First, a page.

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Essay on Medicine in Technology

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Dick Mora knew something was happening, but he didn’t want to think about it. Whole conversations would vanish from memory as though they never took place. It was frightening. “We’d gone through quite a bit with my mother who had Alzheimer’s disease,” he said. “She wouldn’t know who I was. So when things started happening to me, I was very, very nervous. I really kind of kept it to myself.” When he was finally diagnosed with Alzheimer’s in 2003, the Laguna Niguel man thought it was the beginning of his personal fade to black. “I really believed I was going to be going down like Mother, that I wouldn’t know my children, and I wouldn’t know my wife.” But Mora, who retired from the pharmaceutical industry, was lucky. His doctor told him about an off-label use of an existing drug to stop the progression of Alzheimer’s disease. Now, five years after his diagnosis — an amount of time normally marked by steep cognitive decline — Mora’s disease has barely progressed. “He can still drive a car,” said his wife Nancy. “He is very self-sufficient.” “Without aggressive treatment, my life would have been much different,” Mora said. “That’s why I’m a very strong supporter of research and anything that could bring about a cure for this cruel and unforgiving illness (“Quotes”).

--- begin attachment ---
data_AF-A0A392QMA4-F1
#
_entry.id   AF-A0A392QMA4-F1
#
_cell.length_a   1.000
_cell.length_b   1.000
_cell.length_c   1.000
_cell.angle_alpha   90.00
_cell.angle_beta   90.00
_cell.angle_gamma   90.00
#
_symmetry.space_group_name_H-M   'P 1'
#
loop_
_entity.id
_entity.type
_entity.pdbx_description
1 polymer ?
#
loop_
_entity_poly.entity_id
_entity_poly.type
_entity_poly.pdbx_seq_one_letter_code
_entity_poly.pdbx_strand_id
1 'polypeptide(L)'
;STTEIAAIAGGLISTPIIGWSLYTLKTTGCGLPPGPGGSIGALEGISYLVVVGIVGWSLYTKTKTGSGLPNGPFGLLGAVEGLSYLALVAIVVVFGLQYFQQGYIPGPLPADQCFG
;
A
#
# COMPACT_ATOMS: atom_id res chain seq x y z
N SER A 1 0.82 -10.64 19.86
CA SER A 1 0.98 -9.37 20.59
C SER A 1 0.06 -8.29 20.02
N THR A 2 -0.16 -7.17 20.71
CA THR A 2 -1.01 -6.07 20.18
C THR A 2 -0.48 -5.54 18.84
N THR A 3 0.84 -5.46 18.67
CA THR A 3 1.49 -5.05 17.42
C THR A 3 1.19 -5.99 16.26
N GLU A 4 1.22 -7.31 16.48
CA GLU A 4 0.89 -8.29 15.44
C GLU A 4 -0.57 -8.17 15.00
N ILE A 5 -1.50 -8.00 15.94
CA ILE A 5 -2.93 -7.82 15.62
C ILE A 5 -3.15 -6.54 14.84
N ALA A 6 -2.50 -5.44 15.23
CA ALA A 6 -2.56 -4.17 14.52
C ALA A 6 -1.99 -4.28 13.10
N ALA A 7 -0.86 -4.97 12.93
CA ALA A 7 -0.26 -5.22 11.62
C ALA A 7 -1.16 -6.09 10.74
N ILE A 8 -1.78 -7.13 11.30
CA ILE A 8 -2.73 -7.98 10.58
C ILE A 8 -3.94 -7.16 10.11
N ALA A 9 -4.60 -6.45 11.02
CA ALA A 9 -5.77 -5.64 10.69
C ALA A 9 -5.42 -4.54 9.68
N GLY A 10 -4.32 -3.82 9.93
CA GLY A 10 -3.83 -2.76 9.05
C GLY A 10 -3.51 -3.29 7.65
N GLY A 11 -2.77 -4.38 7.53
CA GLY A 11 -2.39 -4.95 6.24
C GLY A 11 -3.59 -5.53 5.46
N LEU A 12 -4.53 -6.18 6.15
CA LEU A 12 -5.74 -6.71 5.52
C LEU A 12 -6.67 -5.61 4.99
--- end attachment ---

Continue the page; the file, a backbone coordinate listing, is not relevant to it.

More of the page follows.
In the past century humans have become very dependent on technology, especially in the area of medicine. The question here is, "How much technology is too much?" (Ghadially 799). Technological advances are constantly being made in all areas of medicine. Scientists can now manipulate chemical compounds to create new drugs and even have robotic surgery, but this technological manipulation is most notable in genetic and stem cell research. The potential benefits offered by...


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